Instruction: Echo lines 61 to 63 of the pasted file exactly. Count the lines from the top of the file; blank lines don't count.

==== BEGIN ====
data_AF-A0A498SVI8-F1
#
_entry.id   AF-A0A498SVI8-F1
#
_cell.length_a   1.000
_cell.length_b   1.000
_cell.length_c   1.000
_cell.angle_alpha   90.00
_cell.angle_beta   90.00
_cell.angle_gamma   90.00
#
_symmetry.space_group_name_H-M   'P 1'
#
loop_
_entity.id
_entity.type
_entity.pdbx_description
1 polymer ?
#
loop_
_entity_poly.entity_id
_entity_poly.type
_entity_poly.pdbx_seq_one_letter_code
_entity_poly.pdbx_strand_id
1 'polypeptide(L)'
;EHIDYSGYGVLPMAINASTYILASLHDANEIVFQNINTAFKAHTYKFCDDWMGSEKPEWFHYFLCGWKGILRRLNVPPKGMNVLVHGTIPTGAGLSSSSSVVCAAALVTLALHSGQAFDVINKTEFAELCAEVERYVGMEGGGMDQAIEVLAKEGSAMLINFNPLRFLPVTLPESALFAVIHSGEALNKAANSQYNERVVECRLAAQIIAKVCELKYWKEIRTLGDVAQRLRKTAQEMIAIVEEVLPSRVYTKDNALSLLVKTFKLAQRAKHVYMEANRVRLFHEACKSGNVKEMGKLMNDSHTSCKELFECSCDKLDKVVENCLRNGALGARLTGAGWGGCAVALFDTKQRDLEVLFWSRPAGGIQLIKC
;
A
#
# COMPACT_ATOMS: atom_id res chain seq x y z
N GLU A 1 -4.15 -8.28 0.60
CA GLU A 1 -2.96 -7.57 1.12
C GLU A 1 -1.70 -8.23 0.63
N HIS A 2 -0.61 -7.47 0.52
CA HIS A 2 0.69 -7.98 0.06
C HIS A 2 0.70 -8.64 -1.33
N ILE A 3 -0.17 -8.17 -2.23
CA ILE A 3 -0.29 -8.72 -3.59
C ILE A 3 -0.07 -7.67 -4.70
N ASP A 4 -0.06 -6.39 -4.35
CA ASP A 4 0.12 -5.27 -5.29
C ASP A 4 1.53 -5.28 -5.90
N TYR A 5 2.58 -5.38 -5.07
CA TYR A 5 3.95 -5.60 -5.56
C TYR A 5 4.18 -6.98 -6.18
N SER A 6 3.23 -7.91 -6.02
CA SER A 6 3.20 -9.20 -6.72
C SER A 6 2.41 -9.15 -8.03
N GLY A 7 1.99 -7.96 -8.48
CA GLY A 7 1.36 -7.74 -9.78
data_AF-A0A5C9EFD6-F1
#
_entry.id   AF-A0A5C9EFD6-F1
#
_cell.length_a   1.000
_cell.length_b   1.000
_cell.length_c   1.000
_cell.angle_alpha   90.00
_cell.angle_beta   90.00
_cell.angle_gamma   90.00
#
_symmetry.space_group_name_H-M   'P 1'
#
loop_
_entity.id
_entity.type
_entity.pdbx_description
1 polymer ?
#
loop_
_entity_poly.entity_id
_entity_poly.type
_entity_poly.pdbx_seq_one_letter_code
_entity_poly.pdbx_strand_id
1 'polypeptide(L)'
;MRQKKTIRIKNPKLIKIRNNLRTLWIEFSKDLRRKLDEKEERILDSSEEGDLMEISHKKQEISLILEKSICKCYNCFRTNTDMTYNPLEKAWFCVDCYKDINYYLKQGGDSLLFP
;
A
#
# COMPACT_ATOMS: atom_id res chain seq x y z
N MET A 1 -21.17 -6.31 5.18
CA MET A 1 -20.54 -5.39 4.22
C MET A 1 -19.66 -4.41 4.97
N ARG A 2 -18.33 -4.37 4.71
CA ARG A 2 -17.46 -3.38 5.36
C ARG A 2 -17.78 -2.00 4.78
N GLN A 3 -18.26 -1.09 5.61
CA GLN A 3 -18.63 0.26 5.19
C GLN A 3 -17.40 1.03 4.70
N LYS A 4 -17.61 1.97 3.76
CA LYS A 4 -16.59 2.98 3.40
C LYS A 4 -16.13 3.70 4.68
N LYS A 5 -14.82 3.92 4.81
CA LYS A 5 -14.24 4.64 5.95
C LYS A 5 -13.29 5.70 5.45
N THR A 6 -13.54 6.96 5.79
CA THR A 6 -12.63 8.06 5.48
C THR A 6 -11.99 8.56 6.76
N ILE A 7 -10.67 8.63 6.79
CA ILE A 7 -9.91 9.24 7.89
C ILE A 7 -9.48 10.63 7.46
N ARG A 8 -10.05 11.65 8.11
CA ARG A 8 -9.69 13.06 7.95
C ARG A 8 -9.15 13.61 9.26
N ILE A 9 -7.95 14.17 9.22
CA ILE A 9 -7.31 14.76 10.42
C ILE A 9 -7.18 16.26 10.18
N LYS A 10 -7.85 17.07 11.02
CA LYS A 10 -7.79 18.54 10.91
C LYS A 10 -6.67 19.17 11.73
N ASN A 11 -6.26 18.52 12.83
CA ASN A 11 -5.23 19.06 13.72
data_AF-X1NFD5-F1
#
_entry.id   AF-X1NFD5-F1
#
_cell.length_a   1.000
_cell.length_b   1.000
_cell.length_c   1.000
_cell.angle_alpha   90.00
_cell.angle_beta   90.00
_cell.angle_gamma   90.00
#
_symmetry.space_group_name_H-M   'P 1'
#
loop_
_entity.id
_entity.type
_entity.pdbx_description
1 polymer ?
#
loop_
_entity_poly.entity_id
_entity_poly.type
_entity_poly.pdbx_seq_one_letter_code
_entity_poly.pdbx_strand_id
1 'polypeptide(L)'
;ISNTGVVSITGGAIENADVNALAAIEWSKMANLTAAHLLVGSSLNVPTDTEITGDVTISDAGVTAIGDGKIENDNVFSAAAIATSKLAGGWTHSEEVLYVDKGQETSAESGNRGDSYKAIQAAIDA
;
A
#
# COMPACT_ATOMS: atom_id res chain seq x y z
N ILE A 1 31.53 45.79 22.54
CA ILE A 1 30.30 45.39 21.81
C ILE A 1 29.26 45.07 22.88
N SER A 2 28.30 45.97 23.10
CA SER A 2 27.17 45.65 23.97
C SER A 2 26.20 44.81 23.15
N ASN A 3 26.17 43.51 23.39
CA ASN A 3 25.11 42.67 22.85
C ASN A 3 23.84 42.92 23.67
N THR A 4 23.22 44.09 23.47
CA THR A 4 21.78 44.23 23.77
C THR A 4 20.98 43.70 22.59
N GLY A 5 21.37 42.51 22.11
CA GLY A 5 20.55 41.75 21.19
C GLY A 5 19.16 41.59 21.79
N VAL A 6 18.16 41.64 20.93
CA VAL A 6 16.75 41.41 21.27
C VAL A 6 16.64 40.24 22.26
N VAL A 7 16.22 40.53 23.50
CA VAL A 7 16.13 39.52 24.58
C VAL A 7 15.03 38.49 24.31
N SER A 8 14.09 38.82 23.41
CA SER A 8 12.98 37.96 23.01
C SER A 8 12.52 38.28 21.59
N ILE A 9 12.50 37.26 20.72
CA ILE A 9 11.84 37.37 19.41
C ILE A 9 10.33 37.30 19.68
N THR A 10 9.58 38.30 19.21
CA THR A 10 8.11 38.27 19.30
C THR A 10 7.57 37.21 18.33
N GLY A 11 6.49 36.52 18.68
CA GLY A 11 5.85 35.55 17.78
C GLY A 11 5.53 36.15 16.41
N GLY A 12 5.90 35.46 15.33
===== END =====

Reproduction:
#
_symmetry.space_group_name_H-M   'P 1'
#